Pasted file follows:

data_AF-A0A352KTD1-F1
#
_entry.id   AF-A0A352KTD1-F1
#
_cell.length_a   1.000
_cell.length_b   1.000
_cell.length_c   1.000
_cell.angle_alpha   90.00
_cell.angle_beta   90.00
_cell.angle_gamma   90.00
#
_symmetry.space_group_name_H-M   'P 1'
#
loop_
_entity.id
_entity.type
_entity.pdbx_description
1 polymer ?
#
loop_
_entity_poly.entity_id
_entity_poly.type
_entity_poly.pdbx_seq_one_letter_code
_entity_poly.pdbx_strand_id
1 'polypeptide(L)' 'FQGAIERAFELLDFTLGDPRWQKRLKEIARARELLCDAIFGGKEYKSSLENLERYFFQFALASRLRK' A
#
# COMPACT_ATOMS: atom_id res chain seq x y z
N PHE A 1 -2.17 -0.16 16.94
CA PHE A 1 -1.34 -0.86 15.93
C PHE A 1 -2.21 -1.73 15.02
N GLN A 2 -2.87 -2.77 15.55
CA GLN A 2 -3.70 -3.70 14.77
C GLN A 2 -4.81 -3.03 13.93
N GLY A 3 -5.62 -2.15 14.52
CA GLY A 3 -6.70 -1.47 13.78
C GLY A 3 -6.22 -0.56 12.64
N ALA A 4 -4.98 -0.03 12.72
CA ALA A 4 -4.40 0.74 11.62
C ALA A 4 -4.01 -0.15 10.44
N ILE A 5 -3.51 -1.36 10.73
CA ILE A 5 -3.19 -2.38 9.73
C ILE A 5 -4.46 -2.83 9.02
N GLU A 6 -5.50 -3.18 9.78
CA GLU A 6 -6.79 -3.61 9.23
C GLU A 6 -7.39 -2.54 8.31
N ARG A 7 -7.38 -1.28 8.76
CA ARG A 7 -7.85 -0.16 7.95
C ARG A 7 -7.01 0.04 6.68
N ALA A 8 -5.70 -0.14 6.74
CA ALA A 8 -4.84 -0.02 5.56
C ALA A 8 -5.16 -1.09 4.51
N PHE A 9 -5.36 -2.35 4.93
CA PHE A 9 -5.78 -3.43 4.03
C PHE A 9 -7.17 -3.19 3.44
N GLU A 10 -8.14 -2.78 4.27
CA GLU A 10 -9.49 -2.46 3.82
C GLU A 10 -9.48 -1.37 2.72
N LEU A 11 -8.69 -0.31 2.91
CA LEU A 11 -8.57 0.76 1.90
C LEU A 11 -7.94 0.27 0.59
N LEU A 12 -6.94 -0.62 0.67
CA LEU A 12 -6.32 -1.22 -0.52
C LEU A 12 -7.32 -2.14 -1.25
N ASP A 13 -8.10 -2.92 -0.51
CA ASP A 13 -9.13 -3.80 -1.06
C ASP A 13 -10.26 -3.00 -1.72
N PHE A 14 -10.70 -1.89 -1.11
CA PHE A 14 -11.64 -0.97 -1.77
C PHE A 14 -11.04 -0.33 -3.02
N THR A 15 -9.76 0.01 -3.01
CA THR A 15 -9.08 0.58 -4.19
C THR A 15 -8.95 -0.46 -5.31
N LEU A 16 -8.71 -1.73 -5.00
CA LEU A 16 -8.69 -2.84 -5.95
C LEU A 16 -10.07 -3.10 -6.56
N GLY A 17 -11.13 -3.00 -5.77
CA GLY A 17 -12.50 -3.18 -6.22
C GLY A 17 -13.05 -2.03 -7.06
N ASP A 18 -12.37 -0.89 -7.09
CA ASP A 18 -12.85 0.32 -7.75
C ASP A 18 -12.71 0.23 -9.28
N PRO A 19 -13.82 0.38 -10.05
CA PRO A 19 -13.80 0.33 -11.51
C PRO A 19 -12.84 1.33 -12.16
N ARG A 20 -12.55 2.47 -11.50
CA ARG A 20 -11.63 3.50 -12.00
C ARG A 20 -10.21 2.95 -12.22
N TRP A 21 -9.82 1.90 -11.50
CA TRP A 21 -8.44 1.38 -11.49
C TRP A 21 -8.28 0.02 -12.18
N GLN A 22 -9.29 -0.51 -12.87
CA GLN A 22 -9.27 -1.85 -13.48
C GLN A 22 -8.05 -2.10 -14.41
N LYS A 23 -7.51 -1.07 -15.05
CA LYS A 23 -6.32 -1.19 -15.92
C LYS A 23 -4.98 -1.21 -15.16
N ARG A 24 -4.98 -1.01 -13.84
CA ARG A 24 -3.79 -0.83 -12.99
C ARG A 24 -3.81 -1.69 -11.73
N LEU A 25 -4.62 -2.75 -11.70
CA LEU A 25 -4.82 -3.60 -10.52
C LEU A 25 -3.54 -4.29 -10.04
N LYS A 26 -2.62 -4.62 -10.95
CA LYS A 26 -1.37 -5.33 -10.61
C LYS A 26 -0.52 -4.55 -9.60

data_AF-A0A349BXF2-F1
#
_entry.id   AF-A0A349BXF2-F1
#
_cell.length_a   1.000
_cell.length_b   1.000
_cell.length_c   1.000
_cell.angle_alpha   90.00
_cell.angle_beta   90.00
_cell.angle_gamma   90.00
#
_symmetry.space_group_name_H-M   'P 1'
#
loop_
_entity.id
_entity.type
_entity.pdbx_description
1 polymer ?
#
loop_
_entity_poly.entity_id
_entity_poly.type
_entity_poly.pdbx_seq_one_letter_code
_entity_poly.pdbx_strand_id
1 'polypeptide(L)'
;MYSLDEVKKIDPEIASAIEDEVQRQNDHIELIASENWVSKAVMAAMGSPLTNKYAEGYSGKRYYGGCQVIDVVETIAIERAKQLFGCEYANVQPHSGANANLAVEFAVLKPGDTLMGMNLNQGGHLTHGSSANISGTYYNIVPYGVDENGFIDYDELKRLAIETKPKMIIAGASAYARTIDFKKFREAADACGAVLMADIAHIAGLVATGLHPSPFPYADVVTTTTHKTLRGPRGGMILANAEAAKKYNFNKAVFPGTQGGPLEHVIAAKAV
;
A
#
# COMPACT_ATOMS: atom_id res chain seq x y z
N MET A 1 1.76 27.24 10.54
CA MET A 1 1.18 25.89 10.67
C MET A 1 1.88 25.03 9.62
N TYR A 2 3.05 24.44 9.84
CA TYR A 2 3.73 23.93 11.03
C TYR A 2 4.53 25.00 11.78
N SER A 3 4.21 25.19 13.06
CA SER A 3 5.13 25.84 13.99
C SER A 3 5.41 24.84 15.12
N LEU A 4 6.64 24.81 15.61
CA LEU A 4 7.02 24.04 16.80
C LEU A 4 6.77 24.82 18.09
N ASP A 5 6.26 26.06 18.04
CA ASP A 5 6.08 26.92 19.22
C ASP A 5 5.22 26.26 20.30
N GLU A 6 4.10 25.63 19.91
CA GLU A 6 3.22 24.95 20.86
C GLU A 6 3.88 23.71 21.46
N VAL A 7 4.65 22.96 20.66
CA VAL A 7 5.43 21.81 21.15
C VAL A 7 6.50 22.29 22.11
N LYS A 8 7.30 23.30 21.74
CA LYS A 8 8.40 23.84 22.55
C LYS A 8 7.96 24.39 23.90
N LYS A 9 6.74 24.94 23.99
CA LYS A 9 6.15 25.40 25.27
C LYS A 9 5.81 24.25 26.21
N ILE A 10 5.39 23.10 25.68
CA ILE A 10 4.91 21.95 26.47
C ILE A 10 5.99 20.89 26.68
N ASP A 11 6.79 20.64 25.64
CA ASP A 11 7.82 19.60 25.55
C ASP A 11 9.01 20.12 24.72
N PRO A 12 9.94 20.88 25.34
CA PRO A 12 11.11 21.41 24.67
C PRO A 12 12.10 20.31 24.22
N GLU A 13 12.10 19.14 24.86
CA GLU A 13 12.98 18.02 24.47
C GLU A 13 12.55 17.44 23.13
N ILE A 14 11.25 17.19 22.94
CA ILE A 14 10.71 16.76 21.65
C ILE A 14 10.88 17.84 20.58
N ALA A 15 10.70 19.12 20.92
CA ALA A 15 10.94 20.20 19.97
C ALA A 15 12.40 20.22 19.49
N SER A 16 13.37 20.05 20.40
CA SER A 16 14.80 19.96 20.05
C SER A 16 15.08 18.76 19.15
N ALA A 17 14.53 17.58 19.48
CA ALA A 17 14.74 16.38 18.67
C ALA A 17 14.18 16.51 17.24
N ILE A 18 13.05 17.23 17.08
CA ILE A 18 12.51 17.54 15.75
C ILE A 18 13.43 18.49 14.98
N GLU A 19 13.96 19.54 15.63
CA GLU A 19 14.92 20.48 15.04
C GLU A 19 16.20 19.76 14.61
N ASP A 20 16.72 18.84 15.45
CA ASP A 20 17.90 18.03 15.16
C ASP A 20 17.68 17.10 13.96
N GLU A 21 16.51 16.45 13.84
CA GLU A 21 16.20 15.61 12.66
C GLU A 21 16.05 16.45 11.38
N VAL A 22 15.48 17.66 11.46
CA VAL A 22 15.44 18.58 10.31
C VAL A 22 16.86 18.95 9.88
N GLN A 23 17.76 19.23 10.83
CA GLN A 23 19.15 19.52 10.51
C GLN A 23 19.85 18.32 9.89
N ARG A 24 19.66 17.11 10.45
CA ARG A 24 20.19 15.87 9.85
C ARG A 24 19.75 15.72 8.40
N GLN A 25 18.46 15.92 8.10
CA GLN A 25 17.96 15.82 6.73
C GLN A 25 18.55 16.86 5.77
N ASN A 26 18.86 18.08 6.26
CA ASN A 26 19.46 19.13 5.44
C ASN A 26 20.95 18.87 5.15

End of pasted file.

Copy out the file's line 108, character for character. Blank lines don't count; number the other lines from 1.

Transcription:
_entry.id   AF-A0A349BXF2-F1